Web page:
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Abstract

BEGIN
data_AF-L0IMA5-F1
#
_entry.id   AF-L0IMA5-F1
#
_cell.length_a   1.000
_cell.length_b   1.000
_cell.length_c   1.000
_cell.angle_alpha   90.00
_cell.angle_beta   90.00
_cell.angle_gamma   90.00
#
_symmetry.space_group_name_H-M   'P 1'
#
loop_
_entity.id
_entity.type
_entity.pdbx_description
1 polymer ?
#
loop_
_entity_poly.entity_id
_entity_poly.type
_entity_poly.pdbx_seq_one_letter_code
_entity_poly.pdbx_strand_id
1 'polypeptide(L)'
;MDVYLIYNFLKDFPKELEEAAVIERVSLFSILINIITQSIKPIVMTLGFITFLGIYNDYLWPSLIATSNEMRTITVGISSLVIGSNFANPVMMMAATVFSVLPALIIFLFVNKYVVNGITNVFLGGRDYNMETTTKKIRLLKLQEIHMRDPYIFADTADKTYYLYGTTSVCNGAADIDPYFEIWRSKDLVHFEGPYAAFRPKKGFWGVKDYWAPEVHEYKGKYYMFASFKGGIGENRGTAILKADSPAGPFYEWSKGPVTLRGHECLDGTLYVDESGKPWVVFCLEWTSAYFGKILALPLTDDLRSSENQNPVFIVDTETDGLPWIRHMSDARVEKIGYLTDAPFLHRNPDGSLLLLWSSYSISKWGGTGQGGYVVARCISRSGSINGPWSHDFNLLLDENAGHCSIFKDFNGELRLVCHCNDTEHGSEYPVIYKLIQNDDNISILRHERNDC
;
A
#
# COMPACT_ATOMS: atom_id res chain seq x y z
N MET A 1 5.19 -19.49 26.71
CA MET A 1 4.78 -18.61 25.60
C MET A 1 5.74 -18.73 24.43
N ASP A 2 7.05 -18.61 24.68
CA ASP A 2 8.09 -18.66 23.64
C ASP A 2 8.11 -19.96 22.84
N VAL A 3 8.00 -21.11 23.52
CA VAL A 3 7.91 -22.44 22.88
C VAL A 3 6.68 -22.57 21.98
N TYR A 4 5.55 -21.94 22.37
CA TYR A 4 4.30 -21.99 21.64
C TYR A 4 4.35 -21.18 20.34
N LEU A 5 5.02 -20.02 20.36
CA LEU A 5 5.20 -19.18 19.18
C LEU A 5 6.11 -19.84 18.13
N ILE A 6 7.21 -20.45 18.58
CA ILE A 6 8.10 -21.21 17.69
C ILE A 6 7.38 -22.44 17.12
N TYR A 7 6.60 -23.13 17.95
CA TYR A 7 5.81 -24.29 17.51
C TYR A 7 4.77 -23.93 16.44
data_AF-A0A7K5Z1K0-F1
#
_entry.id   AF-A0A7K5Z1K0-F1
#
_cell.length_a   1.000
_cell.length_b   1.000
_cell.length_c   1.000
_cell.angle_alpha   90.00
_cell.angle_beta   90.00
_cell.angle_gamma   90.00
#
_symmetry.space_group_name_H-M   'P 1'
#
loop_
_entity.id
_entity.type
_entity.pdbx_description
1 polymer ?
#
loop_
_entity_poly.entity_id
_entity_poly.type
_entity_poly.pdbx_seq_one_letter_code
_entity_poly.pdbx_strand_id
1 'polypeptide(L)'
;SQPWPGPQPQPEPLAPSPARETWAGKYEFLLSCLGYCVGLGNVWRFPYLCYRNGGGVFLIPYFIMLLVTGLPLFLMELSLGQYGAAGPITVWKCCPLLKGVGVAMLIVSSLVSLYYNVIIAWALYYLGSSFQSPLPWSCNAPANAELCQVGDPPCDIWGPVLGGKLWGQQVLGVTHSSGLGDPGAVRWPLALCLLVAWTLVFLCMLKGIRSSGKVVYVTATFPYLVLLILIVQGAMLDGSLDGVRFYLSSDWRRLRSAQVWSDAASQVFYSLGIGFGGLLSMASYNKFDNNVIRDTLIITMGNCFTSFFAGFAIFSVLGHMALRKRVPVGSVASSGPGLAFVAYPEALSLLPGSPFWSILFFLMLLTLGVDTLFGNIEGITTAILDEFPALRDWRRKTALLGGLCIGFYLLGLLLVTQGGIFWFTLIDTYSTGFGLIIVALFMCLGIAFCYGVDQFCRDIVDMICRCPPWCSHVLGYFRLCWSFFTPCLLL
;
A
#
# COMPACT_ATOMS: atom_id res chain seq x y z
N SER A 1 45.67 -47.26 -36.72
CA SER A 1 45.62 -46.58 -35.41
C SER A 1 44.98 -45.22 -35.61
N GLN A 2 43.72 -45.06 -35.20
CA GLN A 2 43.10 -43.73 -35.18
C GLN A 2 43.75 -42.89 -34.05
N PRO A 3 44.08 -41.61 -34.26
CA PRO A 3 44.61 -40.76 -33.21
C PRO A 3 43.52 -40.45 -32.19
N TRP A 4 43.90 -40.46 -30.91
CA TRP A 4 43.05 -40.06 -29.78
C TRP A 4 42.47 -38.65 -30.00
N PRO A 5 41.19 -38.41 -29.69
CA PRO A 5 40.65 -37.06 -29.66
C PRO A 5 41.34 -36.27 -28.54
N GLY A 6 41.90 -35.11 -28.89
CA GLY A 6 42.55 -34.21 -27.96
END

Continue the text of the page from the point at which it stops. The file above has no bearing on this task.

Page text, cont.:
Although the idea of ‘Universal Monarchy’ has existed since the early middle ages, the term started to be used pejoratively from the sixteenth century onwards. This article looks at the manner in which contemporaries perceived Napoleon's actions on the international scene, and how they used the term in relation to his foreign policy. Most of Europe's political elite believed that Napoleon was bent on some sort of ‘universal domination’, and that it was not limited to Europe. That perception was a direct result of an aggressive, expansionist French foreign policy. Napoleon's intentions, on the other hand, are more ambiguous. While at times he adopted a rhetoric which informed contemporary fears, the practical limits to his foreign policy were such that ‘Universal Monarchy’ could never be anything more than an ephemeral dream.